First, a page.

Halo World Championship Finals Regional Preview: Australia and Latin America

The Halo World Championship Finals begin in just two short days. So far, this regional preview series has covered the best North American and best European teams. Because both Australia and Latin America are sending one team each, this final installment will merge both regions. At the 2016 Halo World Championship, both regions failed to crack the top 8. Both teams have spent the better part of a year practicing for their chance to win big. Is 2017 the year an Australian or Latin American team will raise the HWC trophy, or will these regions fall short yet again?

 

Australia: Team Immunity

Roster: Aaron “Benno” Bennett, Teddy “Junior” Joe Jr., Daniel “Seduce” Franken, Matthew “Voltage” Barker

Led by Australian Halo veteran Benno, Team Immunity will attend the HWC Finals with a roster identical to their 2016 showing. The team faced a crisis last year, with an injury sidelining former player Matt “Heff” Hefren. Just days before the biggest Halo tournament in history, Team Immunity was scrambling for a fourth player. The Australian squad hoped for the best, quickly acquiring rookie player Junior, but it unfortunately wasn’t enough.

Benno and Team Immunity. Courtesy of RespawnNinja

In the group stage, Immunity were swept by two red-hot North American teams, eLevate and Denial eSports. They failed to make bracket play, with their only win being a sweep over European team FAB Games eSports. Although disheartening given the circumstance, this shock lit a fire under Immunity for the 2017 HWC Finals. They were better than their placing, and they knew it.

Team Immunity’s road to the 2017 HWC Finals began in early 2017, with a series of online tournaments, concluding with an Online Regional Qualifier in Februrary. The eight-team qualifier featured the best Australian Halo teams, all fighting for one trip to the 2017 HWC Finals. With last years’ shortcomings on their minds, Immunity demolished all obstacles in their path.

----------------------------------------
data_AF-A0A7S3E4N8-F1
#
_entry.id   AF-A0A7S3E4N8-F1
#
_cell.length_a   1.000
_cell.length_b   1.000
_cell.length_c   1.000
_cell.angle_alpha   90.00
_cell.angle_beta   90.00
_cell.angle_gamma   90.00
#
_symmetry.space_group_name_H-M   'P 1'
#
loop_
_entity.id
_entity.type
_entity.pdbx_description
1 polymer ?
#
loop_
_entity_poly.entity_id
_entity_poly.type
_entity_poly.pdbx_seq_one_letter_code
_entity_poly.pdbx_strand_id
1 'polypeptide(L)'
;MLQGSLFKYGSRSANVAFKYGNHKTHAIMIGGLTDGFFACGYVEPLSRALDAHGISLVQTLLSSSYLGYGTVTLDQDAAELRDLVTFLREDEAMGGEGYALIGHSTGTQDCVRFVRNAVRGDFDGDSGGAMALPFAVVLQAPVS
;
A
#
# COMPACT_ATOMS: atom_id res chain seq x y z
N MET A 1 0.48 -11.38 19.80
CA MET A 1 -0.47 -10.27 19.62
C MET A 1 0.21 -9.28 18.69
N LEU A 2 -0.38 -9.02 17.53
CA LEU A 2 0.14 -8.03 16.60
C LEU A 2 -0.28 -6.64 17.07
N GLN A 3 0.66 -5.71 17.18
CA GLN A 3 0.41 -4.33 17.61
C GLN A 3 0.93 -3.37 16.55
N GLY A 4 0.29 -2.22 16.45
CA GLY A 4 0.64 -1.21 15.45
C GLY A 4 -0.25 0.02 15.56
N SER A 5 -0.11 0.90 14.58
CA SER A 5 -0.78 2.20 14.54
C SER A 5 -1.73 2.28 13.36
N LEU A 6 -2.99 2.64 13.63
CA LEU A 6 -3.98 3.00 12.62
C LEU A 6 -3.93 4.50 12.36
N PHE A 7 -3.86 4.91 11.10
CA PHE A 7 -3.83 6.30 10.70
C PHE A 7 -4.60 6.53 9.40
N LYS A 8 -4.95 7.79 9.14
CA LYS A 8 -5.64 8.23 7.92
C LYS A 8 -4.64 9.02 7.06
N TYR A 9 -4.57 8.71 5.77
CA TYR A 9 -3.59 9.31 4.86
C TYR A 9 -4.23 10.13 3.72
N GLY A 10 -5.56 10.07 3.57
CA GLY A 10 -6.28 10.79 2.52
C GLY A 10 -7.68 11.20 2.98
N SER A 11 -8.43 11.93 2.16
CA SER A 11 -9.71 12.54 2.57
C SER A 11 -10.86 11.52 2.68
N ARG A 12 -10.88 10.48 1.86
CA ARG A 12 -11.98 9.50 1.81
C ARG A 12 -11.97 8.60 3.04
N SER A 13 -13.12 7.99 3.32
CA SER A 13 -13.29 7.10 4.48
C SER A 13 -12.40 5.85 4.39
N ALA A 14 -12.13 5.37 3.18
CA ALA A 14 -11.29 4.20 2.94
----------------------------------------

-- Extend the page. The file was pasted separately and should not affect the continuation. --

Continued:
The team swept their way into the Grand Final for a face-off with Gryffindor, but were not slowing down any time soon. A flawless 4-0 victory in the Grand Finals awarded Team Immunity with a ticket to the 2017 HWC Finals, and a massive weight off the shoulders of Benno and crew.

This weekend, Immunity seeks to build on their successes at home, and face the strongest competition in the world. Placed in Group C with North American titans Team EnVyUs, and LCQ Champs Splyce, it seems that they’ve got their work cut out for them. Look for Benno and the rest of Immunity to try catching these teams off-guard, as they battle for a spot in the Championship Bracket.

 

Latin America: SoaR Gaming

Roster: Irving “Drift” Ramírez, Atzin “Atzo” Pulido, Carlos “Bullet” Marlasca, Gilbert “MuNoZ” Muñoz

Munoz hopes to lead SoaR to victory. Courtesy of Twitter @elevateMunoz

SoaR Gaming, formerly Shock the World, has had an interesting week. First, the team acquired Halo veteran MuNoZ after losing Josbe “Tapping Buttons” Valadez to visa issues. Then, the Shock the World roster was acquired by esports organization SoaR Gaming for the HWC Finals. Although MuNoZ brings leadership and experience to the team, can they adjust in enough time to perform well this weekend?

SoaR Gaming began their journey to the HWC Finals by competing at the Mexico City HWC 2017 Qualifier. After barely edging out MuNoZ former team, Aztek Gaming, in Winners Bracket Round 3, SoaR cruised into the Grand Final. A charged-up Synergy Gaming roster proved no match for SoaR, as they defeated the fellow Latin American squad 4-2.

The victory in Mexico City punched SoaR Gaming’s tickets to California, but has left more questions than answers. Will MuNoZ HWC experience be enough to keep team composure? Can SoaR overcome European powerhouse FAB Games, or NA veterans Str8 Rippin in Group D? Can the squad adjust without teammate, Tapping Buttons?

Chosen Squad, the 2016 HWC Latin American team, won only a single game in pool play. On the other hand, the 2017 Latin American team is an entirely new roster. SoaR gaming is well-aware that they are the underdogs heading into the 2017 HWC Finals. Look for the team to unite under MuNoZ as they try to make a miracle run this weekend.

 

Conclusion

This concludes the regional preview series for the 2017 Halo World Championship Finals!  As we approach the beginning of the action, the teams are making their final preparations. Which teams will fall short of expectations, and which will rise to the occasion? Be sure to watch the action unfold this weekend at twitch.tv/halo.

You can ‘Like’ The Game Haus on Facebook and ‘Follow’ us on Twitter for more sports and esports articles from other great TGH writers along with Garrett! Get in touch with Garrett personally to talk more HCS and see more articles by following him on Twitter @gbSTATUS!

NALCS: Grading the Newest Imports